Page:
In 2018, when China stopped accepting plastics and recycling from the US, waste management professionals wondered whether the recycling industry could survive the loss of a major market for America’s commodity scrap. Two years later, the verdict is in. While recycling costs have undeniably increased, demand for high quality recyclables is still growing. Global demand for paper and cardboard is projected to grow by 1.2 percent a year, and the plastic recycling market by $14.74 billion by 2024. This is good news for restaurants, particularly chains and franchises that want to be environmentally sustainable while saving money in the process.
Recycling remains an affordable alternative in part because space for landfills is at a premium: the US is expected to run out of room in its landfill within 18 years, according to a recent report by the Solid Waste Environmental Excellence Protocol (Sweep). As landfills reach capacity, creating new ones has proved challenging, particularly in densely populated urban areas. Though landfill closures have also contributed to rising costs, recycling is still the cheaper option for waste disposal.
While COVID-19 has posed numerous economic and logistical challenges for restaurants, the slowdown in business also provides an opportunity to evaluate existing processes and introduce new initiatives, like a recycling program. When launching such a program, managers can decrease their costs and increase their chances of success by using a bin system to separate recyclables from other trash, educating staff on proper recycling procedures, and monitoring disposal practices to verify that employees are putting their training to work.
Management commitment to “source separation”—i.e. separating recyclables from other waste— is often the deciding factor in the success of a recycling program. At one major fast food chain, locations that used a bin system for source separation reported a major reduction in overall trash compared to equivalent locations that did not implement such a system. Making a diligent effort to separate cardboard, metals and different kinds of plastics before these materials reach your dumpster not only reduces your amount of trash, it can also dramatically reduce the amount you spend on trash removal. Restaurants that separate out items contaminated with organic food waste can realize even bigger savings.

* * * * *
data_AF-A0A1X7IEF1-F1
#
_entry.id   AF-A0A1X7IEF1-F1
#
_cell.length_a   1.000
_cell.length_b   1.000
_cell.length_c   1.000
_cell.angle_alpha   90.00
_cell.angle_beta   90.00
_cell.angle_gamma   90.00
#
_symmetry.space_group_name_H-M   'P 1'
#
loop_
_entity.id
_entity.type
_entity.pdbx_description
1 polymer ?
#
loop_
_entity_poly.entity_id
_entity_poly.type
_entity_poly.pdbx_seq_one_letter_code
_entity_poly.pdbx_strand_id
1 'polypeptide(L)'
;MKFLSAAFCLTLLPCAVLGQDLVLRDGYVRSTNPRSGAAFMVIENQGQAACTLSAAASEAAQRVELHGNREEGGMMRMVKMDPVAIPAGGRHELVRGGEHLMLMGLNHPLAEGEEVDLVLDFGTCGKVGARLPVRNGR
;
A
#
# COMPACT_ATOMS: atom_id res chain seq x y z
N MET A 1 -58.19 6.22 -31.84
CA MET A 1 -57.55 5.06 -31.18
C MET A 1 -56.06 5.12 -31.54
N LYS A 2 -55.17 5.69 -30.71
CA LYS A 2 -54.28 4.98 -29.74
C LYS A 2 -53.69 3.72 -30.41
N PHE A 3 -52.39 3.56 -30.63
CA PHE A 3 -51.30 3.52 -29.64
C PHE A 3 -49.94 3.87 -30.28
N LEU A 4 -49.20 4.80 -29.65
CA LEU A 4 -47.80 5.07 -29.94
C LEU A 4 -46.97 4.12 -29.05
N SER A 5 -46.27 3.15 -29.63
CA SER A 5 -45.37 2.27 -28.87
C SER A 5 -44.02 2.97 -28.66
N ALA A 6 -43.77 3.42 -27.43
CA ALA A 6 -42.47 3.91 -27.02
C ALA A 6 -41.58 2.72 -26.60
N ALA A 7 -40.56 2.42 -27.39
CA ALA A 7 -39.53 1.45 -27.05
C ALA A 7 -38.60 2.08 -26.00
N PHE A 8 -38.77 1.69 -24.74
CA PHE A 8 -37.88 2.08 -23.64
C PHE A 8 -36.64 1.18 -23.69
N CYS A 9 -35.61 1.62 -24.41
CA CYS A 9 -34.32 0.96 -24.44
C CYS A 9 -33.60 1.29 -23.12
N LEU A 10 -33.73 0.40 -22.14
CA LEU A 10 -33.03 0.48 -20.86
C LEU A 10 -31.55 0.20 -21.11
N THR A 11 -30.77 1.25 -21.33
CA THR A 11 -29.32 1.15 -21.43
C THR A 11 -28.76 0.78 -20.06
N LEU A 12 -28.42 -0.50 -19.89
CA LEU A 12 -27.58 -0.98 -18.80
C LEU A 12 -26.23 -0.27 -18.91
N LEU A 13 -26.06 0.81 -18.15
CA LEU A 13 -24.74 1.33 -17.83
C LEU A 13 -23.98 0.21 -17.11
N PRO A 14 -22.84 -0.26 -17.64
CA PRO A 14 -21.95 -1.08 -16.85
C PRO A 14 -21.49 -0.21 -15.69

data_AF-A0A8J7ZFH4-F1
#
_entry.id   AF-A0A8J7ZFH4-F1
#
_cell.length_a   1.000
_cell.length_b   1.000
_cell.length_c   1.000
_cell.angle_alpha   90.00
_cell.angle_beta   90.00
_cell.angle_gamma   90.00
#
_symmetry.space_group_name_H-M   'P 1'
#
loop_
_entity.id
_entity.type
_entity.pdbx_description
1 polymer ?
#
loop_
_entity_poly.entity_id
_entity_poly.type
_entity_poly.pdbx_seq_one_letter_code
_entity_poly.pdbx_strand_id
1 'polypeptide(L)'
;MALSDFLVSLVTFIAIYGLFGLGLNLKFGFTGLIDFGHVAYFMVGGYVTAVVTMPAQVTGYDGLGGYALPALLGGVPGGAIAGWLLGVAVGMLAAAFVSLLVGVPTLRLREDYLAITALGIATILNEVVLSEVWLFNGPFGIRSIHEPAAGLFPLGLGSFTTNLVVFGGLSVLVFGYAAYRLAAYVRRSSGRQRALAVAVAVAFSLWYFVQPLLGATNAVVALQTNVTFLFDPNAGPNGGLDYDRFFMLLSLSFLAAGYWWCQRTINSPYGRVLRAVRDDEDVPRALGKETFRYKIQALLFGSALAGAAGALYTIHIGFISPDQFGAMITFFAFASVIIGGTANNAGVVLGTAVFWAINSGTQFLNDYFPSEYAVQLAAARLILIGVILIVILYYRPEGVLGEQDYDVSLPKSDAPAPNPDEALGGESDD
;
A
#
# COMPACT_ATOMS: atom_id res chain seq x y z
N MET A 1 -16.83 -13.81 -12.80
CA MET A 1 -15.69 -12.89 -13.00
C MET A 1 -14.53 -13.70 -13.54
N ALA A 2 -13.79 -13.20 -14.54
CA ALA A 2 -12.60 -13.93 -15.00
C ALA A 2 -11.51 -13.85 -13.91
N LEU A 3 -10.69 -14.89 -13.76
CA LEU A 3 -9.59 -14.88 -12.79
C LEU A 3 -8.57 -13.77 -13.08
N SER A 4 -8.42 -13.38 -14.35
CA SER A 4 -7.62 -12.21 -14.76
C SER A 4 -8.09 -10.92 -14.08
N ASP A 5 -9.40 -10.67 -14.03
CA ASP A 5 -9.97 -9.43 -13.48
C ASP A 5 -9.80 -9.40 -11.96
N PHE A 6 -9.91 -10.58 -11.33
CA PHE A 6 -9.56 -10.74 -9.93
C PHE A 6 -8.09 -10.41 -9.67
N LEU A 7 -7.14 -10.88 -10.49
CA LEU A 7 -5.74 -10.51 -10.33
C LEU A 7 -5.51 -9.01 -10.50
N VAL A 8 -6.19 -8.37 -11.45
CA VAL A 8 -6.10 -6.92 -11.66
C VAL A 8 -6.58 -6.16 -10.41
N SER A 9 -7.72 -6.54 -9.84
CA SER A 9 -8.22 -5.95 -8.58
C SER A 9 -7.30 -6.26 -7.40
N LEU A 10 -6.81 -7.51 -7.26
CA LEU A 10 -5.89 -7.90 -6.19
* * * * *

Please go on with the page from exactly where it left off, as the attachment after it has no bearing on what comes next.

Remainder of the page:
The first step in source separation is to establish different locations for depositing trash and recyclables. Diverting recyclables into the correct bin or bins is key because improper disposal can contaminate an entire load, sending it straight to your local landfill. Signage that illustrates where and how to separate waste is key to a successful recycling program. Color coding bins to clearly identify trash and recycling receptacles is also helpful, because most of us are already primed to associate blue bins with recycling and green or brown bins with organic waste. These visual references allow employees to see in mere seconds which items can be recycled.
Training staff on recycling procedures is another important step that will ensure every employee, from managers to fry cooks, understands how to execute source separation correctly and efficiently. Sending regional managers to a workshop on recycling practices can be an affordable way to initiate training. Once regional managers are trained, they can instruct general and assistant managers, who can then communicate procedures to employees at individual locations. An effective training program will provide employees with hands-on practice using multiple scenarios so that employees gain experience separating different kinds of recyclables from other waste. Providing questionnaires to fill out at the beginning and end of training is a good way to validate retention and assess whether staff understand proper recycling procedures.
A good rule of thumb when implementing a recycling program is to divert one third of the waste to recycling and the remaining two-thirds to landfill. Restaurants that have minimal dine-in traffic may be able to recycle even more, because they don’t have to contend with packaging covered in food from dine-in customers. One quick way to determine whether you’re maximizing your savings is to compare your trash bill with the amount of waste in your trash and recycling dumpsters. If more than two-thirds of your waste is trash—or if you’ve only got one dumpster—you’re sending money out the door. Another money-saving tip is to evaluate your trash pickup schedule: if your disposal company regularly hauls away partially filled loads, you can likely cut costs by reducing the frequency of your pickups.
Do It the Right Way
Establishing a recycling program can be a great way to save money, but it needs to be set up properly. Hiring a third-party to conduct a waste audit, set up a bin system and train staff can help you establish correct protocols and realize the full benefits of recycling. Additionally, waste disposal companies work with so many locations that they can also often get better rates for bulk recycling, and many companies offer consolidated billing to streamline paperwork for chains operating at multiple locations.
As landfills reach capacity, finding affordable ways to dispose of trash becomes ever more imperative. Setting up an efficient recycling program to dispose of restaurant waste can reduce both your costs and your carbon footprint, creating a win-win scenario for your business and the environment.